Exploration of the Nature of Water Interaction with TiO2 Nanoparticle Surfaces
Switching from fossil fuel to clean and renewable energy sources are essential to save our planet from climate change, environmental pollution, and global warming, and to cope with the increasing energy demand arising from the quickly developing industrial society. Conversion of solar energy into H2 fuel is one of the best candidates as a future energy source. Hydrogen fuel production by decomposing water molecules at the TiO2 surface (catalyzing material) under applied bias (photoelectrochemical cell conditions) was reported in the early '70s. Up to now, solar energy conversion into H2 fuel is not efficient enough and competitive enough for a viable industrial application. Many efforts have been made to improve the TiO2-catalyzed energy conversion efficiency in water-splitting reactions. However, the fast back-reaction of a proton (H+) and hydroxide (OH–) recombination into water molecules reduces the efficiency significantly. Hence, it is essential to investigate the electronic structure of the TiO2–water interface. Such information is accessible by photoelectron spectroscopy, an ultra-high vacuum-based technique, which is the method exploited in the present study. In order to make photoelectron spectroscopy applicable to highly volatile water, a micron-sized vacuum liquid jet is generated. Stable liquid jet from TiO2 nanoparticles dispersed in water requires to charge their surface as to avoid aggregation. This has been achieved by the addition of HNO3 and HCl, on the one hand, yielding very acidic pH and by the addition of NH4OH, which leads to slightly basic solutions. A critical aspect then is to keep the surface nanoparticle surface coverage sufficiently low as to provide free adsorption sites for water. Several previous approaches to examine this solid-liquid interfacial layer were limited to model systems in which only a few layers of water – too few to exhibit bulk solution properties – could be stabilized for photoelectron spectroscopy application. This also implies that pH was not an experimental variable. Those approaches had reported that water absorbs dissociatively on TiO2 defect surface sites, and it is either molecularly or partially dissociated on defected free TiO2 surfaces.
In our study, we had first ruled out any anatase phase transformation or any change in the Ti4+ oxidation state, due to defect surface sites, by recording the Ti L-edge partial electron yield X-ray absorption spectra from all the studied TiO2 nanoparticles aqueous solutions. Also, we explored the non-resonant and the resonant O1s photoelectron spectra as well as the O K-edge partial electron yield X-ray absorption spectra to differentiate the formed molecular species upon water interaction with the TiO2 surface in the different chemical environment (HCl, HNO3 and NH4OH aqueous solution). Our results reported that water adsorbs molecularly at the Ti sites in acidic pH while it is dissociatively interacting with the TiO2 surface in the above neutral condition (pH~7.8). With the help of a previously reported ambient pressure photoelectron study from a similar surface at neutral pH, where mixed (association/dissociation) adsorption at the TiO2 surface was observed, we proposed a TiO2–water interaction mechanism. This mechanism is depending on the surrounding aqueous solution pH. Our results are not only answering a long-standing question about the nature of TiO2—water interaction but also provide a means to control it and enhancing the hydrogen fuel production in photoelectrochemical cells.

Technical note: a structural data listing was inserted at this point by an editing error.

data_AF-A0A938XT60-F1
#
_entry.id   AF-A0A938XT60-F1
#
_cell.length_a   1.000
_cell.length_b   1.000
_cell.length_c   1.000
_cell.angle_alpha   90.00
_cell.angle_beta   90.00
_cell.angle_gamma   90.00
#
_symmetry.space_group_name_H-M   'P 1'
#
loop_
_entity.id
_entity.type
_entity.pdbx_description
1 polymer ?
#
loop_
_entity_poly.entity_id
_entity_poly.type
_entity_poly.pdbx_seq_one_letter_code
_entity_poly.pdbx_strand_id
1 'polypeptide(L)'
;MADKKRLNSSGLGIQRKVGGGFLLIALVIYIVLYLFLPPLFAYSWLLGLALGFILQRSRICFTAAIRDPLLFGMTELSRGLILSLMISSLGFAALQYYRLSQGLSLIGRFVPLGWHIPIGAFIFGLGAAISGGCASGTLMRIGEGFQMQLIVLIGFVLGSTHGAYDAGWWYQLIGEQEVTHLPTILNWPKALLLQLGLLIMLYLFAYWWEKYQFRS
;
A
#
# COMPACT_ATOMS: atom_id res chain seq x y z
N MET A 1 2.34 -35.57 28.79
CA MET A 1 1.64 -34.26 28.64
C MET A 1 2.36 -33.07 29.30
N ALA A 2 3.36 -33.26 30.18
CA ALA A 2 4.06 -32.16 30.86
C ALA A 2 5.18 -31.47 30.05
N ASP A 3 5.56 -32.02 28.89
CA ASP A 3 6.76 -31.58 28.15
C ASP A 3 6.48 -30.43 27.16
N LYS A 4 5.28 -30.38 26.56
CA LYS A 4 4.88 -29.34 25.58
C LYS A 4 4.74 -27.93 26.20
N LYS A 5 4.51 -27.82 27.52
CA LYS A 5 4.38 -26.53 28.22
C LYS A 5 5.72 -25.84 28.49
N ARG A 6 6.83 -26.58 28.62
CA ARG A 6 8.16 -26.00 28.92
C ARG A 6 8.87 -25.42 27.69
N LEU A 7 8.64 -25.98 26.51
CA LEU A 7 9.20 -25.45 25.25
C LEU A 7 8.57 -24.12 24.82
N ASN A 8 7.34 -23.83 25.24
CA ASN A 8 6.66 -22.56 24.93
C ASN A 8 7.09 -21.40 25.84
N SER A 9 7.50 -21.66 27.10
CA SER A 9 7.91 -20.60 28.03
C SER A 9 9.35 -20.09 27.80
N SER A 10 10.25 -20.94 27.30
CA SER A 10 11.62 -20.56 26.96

This research is part of a larger project on “transition metal oxide nanoparticles – aqueous interfaces”, and has been largely conducted with the PhD research of Hebatallah Ali, embedded within liquid microjet groupat the Fritz Haber Institute headed by Dr. Bernd Winter. This work was conducted in collaboration with Dr. Robert Seidel, heading the operando interfacial photochemistry group, at Helmholtz Zentrum Berlin, during an allocated soft X-ray beamtime at the U49- PGM-1 beamline, Bessy II, Berlin, using the SOL3-PES experimental setup. This project was financially supported by the Egyptian Ministry of Higher Education and Ain Shams University (PhD grant), the Deutsche Forschungsgemeinschaft (DFG) within the Collaborative Research Center 1109 ‘Understanding of metal oxide/water systems at the molecular scale: structural evolution, interfaces, and dissolution’, and an Emmy Noether Young Investigator stipend (DFG project SE 2253/3-1)